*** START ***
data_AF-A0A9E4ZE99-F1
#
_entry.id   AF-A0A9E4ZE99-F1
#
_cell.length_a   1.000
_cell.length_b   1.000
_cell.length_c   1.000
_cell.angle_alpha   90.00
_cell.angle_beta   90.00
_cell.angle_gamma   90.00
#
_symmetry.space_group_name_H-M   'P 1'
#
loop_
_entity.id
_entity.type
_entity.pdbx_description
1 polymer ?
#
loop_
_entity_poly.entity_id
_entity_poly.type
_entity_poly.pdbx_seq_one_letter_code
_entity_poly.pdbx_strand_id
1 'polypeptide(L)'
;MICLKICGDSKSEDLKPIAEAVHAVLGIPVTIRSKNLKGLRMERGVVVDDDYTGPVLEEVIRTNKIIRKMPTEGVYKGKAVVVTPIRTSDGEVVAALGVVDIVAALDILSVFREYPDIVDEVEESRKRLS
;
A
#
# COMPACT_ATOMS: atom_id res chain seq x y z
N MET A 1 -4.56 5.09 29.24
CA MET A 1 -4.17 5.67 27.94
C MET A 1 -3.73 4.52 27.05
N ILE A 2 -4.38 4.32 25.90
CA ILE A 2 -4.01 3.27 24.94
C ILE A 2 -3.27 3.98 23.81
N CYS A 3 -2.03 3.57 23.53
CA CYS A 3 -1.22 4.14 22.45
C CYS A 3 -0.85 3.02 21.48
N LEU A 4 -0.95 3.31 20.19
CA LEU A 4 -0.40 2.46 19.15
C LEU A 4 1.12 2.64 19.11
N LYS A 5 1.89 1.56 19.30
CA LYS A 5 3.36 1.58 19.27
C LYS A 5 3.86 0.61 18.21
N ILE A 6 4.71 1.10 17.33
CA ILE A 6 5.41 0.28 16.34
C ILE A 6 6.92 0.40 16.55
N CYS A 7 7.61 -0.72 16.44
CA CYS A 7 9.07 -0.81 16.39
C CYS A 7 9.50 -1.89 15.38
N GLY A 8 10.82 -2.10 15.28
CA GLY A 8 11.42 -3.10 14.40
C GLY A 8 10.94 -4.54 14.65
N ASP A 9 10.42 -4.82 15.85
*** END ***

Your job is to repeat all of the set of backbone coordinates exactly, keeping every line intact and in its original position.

data_AF-A0A9E4ZE99-F1
#
_entry.id   AF-A0A9E4ZE99-F1
#
_cell.length_a   1.000
_cell.length_b   1.000
_cell.length_c   1.000
_cell.angle_alpha   90.00
_cell.angle_beta   90.00
_cell.angle_gamma   90.00
#
_symmetry.space_group_name_H-M   'P 1'
#
loop_
_entity.id
_entity.type
_entity.pdbx_description
1 polymer ?
#
loop_
_entity_poly.entity_id
_entity_poly.type
_entity_poly.pdbx_seq_one_letter_code
_entity_poly.pdbx_strand_id
1 'polypeptide(L)'
;MICLKICGDSKSEDLKPIAEAVHAVLGIPVTIRSKNLKGLRMERGVVVDDDYTGPVLEEVIRTNKIIRKMPTEGVYKGKAVVVTPIRTSDGEVVAALGVVDIVAALDILSVFREYPDIVDEVEESRKRLS
;
A
#
# COMPACT_ATOMS: atom_id res chain seq x y z
N MET A 1 -4.56 5.09 29.24
CA MET A 1 -4.17 5.67 27.94
C MET A 1 -3.73 4.52 27.05
N ILE A 2 -4.38 4.32 25.90
CA ILE A 2 -4.01 3.27 24.94
C ILE A 2 -3.27 3.98 23.81
N CYS A 3 -2.03 3.57 23.53
CA CYS A 3 -1.22 4.14 22.45
C CYS A 3 -0.85 3.02 21.48
N LEU A 4 -0.95 3.31 20.19
CA LEU A 4 -0.40 2.46 19.15
C LEU A 4 1.12 2.64 19.11
N LYS A 5 1.89 1.56 19.30
CA LYS A 5 3.36 1.58 19.27
C LYS A 5 3.86 0.61 18.21
N ILE A 6 4.71 1.10 17.33
CA ILE A 6 5.41 0.28 16.34
C ILE A 6 6.92 0.40 16.55
N CYS A 7 7.61 -0.72 16.44
CA CYS A 7 9.07 -0.81 16.39
C CYS A 7 9.50 -1.89 15.38
N GLY A 8 10.82 -2.10 15.28
CA GLY A 8 11.42 -3.10 14.40
C GLY A 8 10.94 -4.54 14.65
N ASP A 9 10.42 -4.82 15.85